The Toxic Attraction Between An Empath And A Narcissist

The Toxic Attraction Between An Empath And A Narcissist

We know that “narcissist” has become a bit of a buzzword recently, and some folks are quick to apply it to an ex-lover or family member or friend. While awareness of this concept is healthy, so is remembering that it is, in a mental health context, a serious condition that shouldn’t be applied to someone you’re mad at because they stole your mirror. ~ Eds. 

 I am an empath. I discovered I was an empath after I got involved in a very deep and highly destructive relationship with a narcissist.

I am writing this article from the perspective of an empath, however, would love to read the view from the opposite side if there are any narcissists that would like to offer their perception on this.

Through writing about the empath personality type I have connected with many other people who class themselves as an empath and time and again I have heard people tell me how they have also attracted relationships with narcissists. There is a link. So, I decided to explore it further.

This is my theory…

From my own experience and studies on the narcissist personality type, there is always one core trait: A narcissist is wounded.

Something, somewhere along the line, usually stemming from childhood causes a person to feel worthless and unvalued and, due to this, they will constantly and very desperately seek validation.

Here comes the empath, the healer. An empath has the ability to sense and absorb other people’s pain and often takes it on as though it were their own. If an empath is not consciously aware of boundaries and does not understand how to protect themselves, they will very easily and very quickly bond with the narcissist in order to try to fix and repair any damage and attempt to eradicate all their pain.

What the empath fails to realise is that the narcissist is a taker. An energy sucker, a vampire so to speak. They will draw the life and soul out of anyone they come into contact with, given the chance. This is so that they can build up their own reserves and, in doing so, they can use the imbalance to their advantage.

This dynamic will confuse and debilitate an empath, as if they do not have a full understanding of their own or other people’s capabilities, they will fail to see that not everyone is like them. An empath will always put themselves into other people’s shoes and experience the feelings, thoughts and emotions of others, while forgetting that other people may have an agenda very different to their own and that not everyone is sincere.

The narcissist’s agenda is one of manipulation, it is imperative they are in a position whereby they can rise above others and be in control. The empath’s agenda is to love, heal and care. There is no balance and it is extremely unlikely there ever will be one. The more love and care an empath offers, the more powerful and in control a narcissist will become.

The more powerful the narcissist becomes, the more likely the empath will retreat into a victim status. Then, there is a very big change—the empath will take on narcissistic traits as they too become wounded and are constantly triggered by the damage being in the company with a narcissist creates. Before long, an extremely vicious circle has begun to swirl.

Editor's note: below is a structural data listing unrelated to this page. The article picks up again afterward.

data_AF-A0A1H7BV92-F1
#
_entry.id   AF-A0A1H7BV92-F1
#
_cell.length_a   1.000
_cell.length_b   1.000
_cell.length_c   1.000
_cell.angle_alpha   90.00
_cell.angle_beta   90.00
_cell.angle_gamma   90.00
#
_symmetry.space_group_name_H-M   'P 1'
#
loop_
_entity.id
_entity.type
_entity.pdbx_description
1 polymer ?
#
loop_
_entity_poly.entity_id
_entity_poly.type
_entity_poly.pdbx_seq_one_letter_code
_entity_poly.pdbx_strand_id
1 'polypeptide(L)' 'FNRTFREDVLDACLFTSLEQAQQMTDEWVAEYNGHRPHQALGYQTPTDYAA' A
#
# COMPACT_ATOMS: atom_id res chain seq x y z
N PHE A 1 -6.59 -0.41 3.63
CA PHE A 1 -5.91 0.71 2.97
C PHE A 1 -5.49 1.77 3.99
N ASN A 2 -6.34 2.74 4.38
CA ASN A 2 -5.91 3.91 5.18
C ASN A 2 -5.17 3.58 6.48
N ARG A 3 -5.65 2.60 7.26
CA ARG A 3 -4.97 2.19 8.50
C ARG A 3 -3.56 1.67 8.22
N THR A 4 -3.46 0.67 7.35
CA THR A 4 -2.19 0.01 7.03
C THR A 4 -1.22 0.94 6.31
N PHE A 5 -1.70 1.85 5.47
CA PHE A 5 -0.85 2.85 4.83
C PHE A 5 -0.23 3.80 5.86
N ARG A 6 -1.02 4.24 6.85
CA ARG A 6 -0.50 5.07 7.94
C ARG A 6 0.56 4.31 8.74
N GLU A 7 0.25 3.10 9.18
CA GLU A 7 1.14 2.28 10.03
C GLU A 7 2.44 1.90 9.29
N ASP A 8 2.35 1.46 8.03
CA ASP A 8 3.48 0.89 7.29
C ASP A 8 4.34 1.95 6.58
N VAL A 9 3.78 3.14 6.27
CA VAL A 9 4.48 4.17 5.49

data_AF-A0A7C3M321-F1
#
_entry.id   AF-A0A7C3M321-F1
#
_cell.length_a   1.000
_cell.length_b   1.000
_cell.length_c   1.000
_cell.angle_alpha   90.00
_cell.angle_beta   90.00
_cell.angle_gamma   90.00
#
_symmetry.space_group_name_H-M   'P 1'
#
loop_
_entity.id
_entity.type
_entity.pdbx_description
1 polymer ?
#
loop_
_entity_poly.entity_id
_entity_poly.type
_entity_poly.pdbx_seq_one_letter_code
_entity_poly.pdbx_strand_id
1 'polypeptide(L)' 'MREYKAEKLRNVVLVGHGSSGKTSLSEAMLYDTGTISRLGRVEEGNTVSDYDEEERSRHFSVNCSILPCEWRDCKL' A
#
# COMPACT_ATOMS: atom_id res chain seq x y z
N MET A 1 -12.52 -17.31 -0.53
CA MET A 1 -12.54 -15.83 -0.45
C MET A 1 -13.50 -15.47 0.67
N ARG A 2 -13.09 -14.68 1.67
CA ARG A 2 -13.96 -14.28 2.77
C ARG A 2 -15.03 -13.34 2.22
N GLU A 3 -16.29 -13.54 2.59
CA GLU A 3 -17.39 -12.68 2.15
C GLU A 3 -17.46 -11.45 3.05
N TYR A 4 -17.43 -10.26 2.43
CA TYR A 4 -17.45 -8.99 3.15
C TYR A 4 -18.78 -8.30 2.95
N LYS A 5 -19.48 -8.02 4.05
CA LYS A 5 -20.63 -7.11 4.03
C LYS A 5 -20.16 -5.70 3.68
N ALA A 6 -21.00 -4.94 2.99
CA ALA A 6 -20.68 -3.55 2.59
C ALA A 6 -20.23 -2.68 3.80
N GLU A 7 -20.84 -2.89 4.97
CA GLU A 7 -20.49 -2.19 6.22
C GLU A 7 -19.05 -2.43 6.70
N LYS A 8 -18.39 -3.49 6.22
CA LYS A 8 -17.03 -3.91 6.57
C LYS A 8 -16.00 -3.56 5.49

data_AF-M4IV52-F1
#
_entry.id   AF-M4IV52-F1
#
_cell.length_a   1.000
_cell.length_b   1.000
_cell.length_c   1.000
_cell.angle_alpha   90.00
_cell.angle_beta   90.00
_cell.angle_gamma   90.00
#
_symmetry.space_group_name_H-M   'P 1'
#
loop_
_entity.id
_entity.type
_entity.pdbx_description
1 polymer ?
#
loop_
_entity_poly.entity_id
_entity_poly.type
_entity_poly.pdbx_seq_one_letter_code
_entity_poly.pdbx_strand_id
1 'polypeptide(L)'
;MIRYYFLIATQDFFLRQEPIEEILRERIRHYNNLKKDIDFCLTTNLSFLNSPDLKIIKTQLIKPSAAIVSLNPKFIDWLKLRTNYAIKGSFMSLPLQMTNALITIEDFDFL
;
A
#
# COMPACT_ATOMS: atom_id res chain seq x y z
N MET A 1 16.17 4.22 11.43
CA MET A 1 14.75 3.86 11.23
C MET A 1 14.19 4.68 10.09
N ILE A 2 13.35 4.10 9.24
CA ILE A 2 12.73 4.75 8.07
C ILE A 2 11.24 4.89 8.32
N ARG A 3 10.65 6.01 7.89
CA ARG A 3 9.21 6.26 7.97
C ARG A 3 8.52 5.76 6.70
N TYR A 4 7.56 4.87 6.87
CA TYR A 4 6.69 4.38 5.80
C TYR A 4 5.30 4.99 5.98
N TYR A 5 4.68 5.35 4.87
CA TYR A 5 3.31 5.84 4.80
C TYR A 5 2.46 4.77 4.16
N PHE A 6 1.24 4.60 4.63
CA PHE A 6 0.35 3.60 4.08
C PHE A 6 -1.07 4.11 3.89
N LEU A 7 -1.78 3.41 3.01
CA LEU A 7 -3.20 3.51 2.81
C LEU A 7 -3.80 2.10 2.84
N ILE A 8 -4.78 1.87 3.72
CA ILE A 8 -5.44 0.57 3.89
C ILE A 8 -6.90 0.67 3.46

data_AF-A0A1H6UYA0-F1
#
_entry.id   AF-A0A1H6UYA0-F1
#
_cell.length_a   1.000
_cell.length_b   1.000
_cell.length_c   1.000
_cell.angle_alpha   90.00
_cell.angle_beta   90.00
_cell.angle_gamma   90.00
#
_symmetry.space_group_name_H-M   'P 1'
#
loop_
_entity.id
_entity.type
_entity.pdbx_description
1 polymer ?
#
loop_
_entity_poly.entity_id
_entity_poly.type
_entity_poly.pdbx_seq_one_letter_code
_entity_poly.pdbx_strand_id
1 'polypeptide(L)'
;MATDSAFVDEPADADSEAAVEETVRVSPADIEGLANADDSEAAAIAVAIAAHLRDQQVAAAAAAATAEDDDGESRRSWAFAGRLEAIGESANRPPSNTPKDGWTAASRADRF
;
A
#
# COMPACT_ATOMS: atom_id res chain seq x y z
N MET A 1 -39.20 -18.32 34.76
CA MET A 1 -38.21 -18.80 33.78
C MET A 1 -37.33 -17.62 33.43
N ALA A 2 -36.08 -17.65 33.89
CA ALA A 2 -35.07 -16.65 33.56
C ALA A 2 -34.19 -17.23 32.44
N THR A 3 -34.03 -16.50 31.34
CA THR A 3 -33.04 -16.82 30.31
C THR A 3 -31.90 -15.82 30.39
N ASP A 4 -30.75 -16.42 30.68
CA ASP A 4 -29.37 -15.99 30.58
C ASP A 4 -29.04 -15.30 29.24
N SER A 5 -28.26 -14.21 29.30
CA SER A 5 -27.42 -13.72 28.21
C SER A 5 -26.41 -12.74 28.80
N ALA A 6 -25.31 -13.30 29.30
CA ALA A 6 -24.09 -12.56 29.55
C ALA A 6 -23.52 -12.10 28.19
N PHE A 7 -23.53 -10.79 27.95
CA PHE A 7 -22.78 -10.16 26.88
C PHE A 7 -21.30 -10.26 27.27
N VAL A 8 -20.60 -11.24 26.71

When a narcissist sees that an empath is wounded they will play on this and the main intention will be to keep the empath down. The lower down an empath becomes, the higher a narcissist will feel. An empath will begin to frantically seek love, validation, confirmation and acceptance from a narcissist and each cry for help as such will affirm to the narcissist what they are desperate to feel inside—worthy. A bitter battle can ensue.

As an empath focuses solely on their pain, trauma and the destruction of their lives, they become self-obsessed and fail to see where the damage is coming from. Instead of looking outwards and seeing what is causing it, the empath will turn everything inward and blame themselves.

An empath at this stage must realise the situation they are in and wake up to it, as anyone who is deeply in pain and has been hurt can then become a narcissist themselves as they turn their focus onto their own pain and look for others to make them feel okay again.

Any attempt to communicate authentically with the narcissist will be futile as they will certainly not be looking to soothe and heal anyone else. Not only this, they are extremely charismatic and manipulative and have a powerful way of turning everything away from themselves and onto others. A narcissist will blame their own pain on an empath, plus they will also make sure the empath feels responsible for the pain they too are suffering.

An empath will know that they are in a destructive relationship by this stage and will feel so insecure, unloved and unworthy and it can be easy to blame all of their destruction onto the narcissist.

However, an empath should not be looking to blame anyone else. An empath has a choice, to remain the victim, a pawn in the narcissists game or to garner all strength they can muster and find a way out.

Emotionally exhausted, lost, depleted and debilitated an empath will struggle to understand what has happened to the once loving, attentive and charismatic person they were attracted to.